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Wednesday February 26, 2014 MYT 12:00:00 AM
Wednesday February 26, 2014 MYT 6:26:26 AM
by william k.c. kee
Fabulous fighters: Tony Leung Chiu-wai and Zhang Ziyi in a scene from 'The Grandmaster'. They are surrounded by courtesans, garbed in exquisite apparel.
Our columnist is besotted with
in which fashionable fighters reign.
A LABOUR of love. That’s what one gathers from watching Wong Kar Wai’s The Grandmaster.
I made time to watch this martial arts epic, as the Academy Awards is around the corner. The Grandmaster is nominated for Costume Design, and yours truly was curious to see how an Asian film landed in this category, pitted against American Hustle, The Great Gatsby, The Invisible Woman and 12 Years A Slave. (Why it didn’t receive a nod for Foreign Language Film is beyond me.)
I predict that American Hustle – which has gained serious momentum in the awards circuit of late – will sashay away with the trophy. Still, I have my fingers crossed for The Grandmaster’s costume designer William Chang Suk-Ping and cinematographer Philippe Le Sourd; the latter is nominated in the Cinematography category (along with Gravity, Inside Llewyn Davis, Nebraska and Prisoners).
At Taiwan’s Golden Horse Film Awards last November, The Grandmaster claimed five awards, four in craft categories, and one for Zhang Ziyi as Best Leading Actress.
Besides being an award winner, the film stars A-listers Zhang and Tony Leung Chiu-wai. Therefore, I’m dumbfounded that it was never released in Malaysian cinemas last year. I mean, c’mon, how many
mo lei tau (nonsensical) comedies from Hong Kong must we be
Still, not everyone would appreciate The Grandmaster’s lush, languid pace. But fans of Wong would love, love this. As a movie critic points out, Wong “crafts movies you live and breathe in until they’re absorbed into your system. In short, his movies are the stuff that dreams are made of.”
This is a filmmaker who makes melancholy seductive; I remember his other masterpiece In The Mood For Love (which was, thankfully, shown here on the big screen in 2000) which left cinema-goers breathless, awed yet heartbroken.
It took Wong six long years to make The Grandmaster, and you can tell this from his painstaking attention to detail in every frame. It tells the story of two decades in the life of Ip Man (played by Leung), the kung fu master who specialised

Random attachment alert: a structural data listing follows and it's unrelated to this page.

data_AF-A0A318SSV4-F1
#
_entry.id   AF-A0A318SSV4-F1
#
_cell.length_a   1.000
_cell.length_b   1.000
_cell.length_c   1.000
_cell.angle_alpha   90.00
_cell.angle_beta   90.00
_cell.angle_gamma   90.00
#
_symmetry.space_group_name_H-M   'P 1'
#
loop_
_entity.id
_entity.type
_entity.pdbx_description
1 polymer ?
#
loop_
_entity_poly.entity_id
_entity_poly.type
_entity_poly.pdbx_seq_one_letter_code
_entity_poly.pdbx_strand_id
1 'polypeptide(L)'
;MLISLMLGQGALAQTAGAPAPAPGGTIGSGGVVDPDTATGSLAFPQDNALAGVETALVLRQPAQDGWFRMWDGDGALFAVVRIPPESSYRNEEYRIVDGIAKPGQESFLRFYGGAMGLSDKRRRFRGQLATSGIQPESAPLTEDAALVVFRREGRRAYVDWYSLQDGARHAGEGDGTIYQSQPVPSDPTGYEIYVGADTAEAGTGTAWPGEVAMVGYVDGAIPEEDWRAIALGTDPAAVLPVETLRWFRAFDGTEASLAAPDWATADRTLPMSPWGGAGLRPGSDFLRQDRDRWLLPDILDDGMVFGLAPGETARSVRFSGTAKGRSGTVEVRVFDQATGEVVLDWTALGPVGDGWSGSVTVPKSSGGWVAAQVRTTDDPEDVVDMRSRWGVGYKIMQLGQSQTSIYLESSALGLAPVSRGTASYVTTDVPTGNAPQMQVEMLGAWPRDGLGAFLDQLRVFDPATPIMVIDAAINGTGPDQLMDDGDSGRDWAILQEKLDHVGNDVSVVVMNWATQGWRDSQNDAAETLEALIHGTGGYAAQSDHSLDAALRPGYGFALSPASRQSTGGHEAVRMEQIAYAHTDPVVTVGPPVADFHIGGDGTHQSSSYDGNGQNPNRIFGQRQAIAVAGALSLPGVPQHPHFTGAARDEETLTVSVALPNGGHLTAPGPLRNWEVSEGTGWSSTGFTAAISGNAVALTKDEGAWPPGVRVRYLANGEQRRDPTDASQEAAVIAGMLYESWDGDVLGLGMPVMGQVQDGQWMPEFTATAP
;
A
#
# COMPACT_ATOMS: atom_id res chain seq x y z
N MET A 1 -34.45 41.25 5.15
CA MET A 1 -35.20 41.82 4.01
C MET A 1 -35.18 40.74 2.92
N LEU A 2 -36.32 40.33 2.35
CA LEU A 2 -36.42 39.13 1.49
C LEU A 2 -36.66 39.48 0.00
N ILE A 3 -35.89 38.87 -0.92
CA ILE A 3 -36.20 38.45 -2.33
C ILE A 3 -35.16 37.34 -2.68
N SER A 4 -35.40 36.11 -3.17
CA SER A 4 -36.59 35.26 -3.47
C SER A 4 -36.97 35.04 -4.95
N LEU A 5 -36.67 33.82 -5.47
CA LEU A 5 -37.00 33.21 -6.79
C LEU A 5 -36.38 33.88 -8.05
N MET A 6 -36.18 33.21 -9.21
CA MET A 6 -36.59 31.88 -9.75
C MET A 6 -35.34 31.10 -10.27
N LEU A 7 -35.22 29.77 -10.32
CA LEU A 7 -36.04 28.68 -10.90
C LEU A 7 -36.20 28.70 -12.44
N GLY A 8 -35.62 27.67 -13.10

in the school of Wing Chun (the same style he went on to teach Bruce Lee).
Just as fashionistas ooh-ed and ahh-ed over Maggie Cheung’s cheongsams in In The Mood; they’d swoon over The Grandmaster’s runway-ready wardrobe.
Leung’s character makes his first appearance in a fight sequence, in a dark alley. As heavy rain falls, he takes on dozens of streetfighters, wearing a white wide-brimmed hat.
Punches are thrown and bodies fly all over the place ... in slow motion. Throughout the brawl, Leung (an actor who never seems to age) is unflappable. He doesn’t break a sweat and doesn’t even lose his stylish hat.
The viewer is then transported to a brothel, where the courtesans are garbed in figure-hugging qipaos and exquisite jewellery. Their make-up and hair are flawless.
In the movie’s best fight se-quence, set in a train station during a snowstorm, Zhang wears a lovely fur coat. Her character Gong Er – out to avenge her father’s murder – coughs up blood on the coat after the battle. Zhang is luminous; I was never really a fan, but she won me over. In fact, by the end of the movie, I was (comically) trying to ape her “64 Hands” fighting technique.
The action sequences are choreographed like poetry in motion by Yuen Wo Ping (of The Matrix, Crouching Tiger, Hidden Dragon and Kill Bill fame).
Wong reportedly insisted that Leung and Zhang perform their own fighting. Hence, no stunt doubles were used.
The fighting scenes were so elaborate that they would take weeks to film; the aforementioned opening setpiece took a month.
Last but not least, there’s the dialogue. In typical Wong style, it’s laced with poignancy.
“To say there are no regrets in life is to fool yourself,” muses Gong Er. “Imagine how boring life would be without regrets.”
Sigh. Swoon. Please watch this.
> William wishes that real life is like a Wong Kar Wai movie, where everyone wears fabulous clothes and moves in slow motion. But not where the protagonist dies a tragic death, obviously. Send your feedback to email@example.com.
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Opinion, Lifestyle, The New Black, column, William K.C. Kee, fashion, The Grandmaster, Oscars, Academy Awards, 2014, costume design
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An editor in the Features section of The Star, William K.C. Kee has been in journalism for close to 20 years. In his fortnightly column, he writes about the fun and fabulous nature of fashion.
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